Thaipusam is a key Hindu ceremony that is held each year during the full moon in the tenth month of the Hindu calendar – Thai – falling from mid-January to mid-February in the Gregorian calendar. It is marked in Malaysia by a public holiday.
Thaipusam is celebrated by the Hindu people of South India and the mainly Tamil-speaking Hindu communities throughout Malaysia. Thaipusam is dedicated as a thanksgiving to Lord Subramaniam (also known as Murugan) for answered prayers, and is also a day of penance.
At Thaipusam, parades and rituals are held across the country, with devotees performing ceremonial acts at different locations – the most famous being at the Batu Caves in Kuala Lumpur where more than one million people gather on Thaipusam each year. Tourists flock to see the colours, noise and activities of Thaipusam.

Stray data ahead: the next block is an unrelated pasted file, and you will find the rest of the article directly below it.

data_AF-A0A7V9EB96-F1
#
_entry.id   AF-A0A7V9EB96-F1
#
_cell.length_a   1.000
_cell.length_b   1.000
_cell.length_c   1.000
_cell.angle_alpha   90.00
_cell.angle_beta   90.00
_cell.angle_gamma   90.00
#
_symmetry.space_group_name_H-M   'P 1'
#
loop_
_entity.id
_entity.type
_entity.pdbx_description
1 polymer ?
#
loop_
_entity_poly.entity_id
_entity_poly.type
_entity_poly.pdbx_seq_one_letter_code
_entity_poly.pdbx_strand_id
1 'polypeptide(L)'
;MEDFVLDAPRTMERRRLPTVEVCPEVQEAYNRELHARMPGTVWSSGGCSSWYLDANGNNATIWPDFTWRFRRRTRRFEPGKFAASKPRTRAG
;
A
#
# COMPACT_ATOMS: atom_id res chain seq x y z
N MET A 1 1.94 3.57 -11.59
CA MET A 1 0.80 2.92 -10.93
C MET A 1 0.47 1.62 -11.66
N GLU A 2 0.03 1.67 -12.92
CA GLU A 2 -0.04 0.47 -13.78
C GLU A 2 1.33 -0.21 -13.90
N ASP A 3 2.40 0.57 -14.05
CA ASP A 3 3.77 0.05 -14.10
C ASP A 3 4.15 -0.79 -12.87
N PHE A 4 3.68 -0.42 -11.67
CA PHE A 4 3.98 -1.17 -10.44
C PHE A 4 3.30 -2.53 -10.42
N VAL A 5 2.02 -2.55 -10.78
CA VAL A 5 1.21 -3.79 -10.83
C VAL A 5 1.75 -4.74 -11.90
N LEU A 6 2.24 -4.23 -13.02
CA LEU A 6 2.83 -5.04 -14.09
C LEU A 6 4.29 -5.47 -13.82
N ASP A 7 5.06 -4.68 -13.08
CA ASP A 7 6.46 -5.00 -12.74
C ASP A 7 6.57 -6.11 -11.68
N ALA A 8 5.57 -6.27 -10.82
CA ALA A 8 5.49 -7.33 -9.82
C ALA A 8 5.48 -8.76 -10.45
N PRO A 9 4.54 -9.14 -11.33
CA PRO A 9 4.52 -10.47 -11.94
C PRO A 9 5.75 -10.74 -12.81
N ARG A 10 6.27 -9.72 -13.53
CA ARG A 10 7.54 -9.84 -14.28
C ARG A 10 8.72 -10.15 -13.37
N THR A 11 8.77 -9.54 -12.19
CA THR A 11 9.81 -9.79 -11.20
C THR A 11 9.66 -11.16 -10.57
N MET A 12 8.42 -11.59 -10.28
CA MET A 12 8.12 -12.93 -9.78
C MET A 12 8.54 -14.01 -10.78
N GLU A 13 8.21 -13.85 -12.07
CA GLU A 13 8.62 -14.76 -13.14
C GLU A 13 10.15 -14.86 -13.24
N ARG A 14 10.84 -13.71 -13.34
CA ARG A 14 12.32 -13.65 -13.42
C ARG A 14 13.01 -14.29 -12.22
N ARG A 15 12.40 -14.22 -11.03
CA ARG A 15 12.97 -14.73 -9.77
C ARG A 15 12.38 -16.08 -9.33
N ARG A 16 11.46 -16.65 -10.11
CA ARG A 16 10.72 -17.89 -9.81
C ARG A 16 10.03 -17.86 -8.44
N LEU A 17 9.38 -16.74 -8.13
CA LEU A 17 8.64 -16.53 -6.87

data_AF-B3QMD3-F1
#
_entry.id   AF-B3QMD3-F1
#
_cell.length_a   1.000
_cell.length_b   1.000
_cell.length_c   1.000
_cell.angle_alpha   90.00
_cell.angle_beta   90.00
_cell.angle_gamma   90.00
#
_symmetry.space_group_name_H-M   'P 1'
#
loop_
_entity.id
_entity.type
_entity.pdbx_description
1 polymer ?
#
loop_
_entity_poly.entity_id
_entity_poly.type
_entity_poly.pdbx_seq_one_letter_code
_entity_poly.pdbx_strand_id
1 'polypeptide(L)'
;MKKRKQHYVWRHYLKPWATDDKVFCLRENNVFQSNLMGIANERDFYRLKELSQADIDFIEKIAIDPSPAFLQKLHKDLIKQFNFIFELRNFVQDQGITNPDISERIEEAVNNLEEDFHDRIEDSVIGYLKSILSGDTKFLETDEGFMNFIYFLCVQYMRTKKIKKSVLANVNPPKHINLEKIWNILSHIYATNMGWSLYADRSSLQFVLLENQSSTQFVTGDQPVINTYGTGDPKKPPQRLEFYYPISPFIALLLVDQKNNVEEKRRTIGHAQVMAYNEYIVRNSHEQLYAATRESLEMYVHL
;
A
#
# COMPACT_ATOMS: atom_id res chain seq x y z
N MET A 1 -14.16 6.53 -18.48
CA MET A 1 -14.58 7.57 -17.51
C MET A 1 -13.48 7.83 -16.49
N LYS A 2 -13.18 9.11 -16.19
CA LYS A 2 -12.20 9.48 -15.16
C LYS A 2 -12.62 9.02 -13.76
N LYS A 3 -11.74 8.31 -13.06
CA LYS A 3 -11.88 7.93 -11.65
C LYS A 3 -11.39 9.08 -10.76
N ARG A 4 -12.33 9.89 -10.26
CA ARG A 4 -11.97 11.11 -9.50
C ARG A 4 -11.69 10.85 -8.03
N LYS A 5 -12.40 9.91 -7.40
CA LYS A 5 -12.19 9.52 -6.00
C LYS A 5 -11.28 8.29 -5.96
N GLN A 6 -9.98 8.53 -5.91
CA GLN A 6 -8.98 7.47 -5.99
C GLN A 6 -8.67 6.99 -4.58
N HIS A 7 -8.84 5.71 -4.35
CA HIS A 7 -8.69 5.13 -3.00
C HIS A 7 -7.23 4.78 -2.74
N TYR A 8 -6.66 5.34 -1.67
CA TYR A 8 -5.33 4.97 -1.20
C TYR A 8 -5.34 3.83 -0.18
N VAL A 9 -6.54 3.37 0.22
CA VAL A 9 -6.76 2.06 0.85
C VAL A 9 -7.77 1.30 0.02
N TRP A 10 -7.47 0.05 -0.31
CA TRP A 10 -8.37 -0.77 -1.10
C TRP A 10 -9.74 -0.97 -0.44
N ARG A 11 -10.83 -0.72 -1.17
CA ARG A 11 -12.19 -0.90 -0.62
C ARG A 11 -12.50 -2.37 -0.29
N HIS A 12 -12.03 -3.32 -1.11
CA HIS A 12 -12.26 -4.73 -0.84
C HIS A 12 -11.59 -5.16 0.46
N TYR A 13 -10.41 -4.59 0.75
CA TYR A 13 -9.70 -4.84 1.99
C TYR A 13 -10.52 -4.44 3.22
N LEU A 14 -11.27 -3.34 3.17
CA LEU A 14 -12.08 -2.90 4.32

Thaipusam is usually celebrated with a public holiday in Kuala Lumpur, Putrajaya, Johor, Negeri Sembilan, Perak, Penang and Selangor only.